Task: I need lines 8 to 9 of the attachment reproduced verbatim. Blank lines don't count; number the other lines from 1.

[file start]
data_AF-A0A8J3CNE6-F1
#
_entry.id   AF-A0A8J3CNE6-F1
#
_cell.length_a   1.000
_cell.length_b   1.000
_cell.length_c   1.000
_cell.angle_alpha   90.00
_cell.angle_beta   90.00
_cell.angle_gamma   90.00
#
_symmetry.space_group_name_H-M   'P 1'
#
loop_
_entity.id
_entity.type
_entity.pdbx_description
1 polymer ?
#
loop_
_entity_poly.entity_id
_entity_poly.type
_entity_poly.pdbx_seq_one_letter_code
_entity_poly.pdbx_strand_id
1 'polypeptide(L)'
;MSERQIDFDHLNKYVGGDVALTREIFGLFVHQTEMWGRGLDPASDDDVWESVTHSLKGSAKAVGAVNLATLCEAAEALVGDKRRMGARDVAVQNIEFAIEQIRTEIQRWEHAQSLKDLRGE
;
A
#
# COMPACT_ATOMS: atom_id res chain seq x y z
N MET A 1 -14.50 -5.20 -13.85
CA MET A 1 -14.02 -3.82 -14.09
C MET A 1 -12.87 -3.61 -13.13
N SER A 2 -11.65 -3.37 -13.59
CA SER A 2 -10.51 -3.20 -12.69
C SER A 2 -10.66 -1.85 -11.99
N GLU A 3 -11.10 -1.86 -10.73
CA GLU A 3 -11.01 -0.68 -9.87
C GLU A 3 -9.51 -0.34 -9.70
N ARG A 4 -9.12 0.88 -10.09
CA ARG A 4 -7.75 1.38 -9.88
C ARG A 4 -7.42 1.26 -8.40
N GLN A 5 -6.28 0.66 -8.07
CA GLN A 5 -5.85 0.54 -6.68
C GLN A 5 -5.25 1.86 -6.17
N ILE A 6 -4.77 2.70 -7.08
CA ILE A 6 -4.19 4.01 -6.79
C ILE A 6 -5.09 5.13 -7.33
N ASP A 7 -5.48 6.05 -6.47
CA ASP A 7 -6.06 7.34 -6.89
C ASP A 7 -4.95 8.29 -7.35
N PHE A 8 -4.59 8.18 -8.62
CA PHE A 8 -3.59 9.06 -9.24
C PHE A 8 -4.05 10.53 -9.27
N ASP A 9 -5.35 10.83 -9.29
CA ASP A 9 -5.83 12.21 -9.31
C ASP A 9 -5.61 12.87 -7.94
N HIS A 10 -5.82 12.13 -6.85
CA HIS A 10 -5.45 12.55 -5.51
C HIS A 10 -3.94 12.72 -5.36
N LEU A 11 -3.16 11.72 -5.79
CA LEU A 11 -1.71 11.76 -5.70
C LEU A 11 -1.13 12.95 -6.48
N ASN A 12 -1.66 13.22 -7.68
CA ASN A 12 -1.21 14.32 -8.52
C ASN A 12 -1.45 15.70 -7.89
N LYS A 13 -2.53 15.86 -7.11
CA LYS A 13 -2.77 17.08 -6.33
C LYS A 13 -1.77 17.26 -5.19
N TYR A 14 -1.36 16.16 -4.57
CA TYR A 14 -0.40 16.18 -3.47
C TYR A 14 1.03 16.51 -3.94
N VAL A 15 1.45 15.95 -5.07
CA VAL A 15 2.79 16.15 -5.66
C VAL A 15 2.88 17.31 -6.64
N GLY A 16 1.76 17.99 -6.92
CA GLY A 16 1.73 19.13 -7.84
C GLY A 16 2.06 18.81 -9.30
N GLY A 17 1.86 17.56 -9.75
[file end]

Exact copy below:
_cell.angle_alpha   90.00
_cell.angle_beta   90.00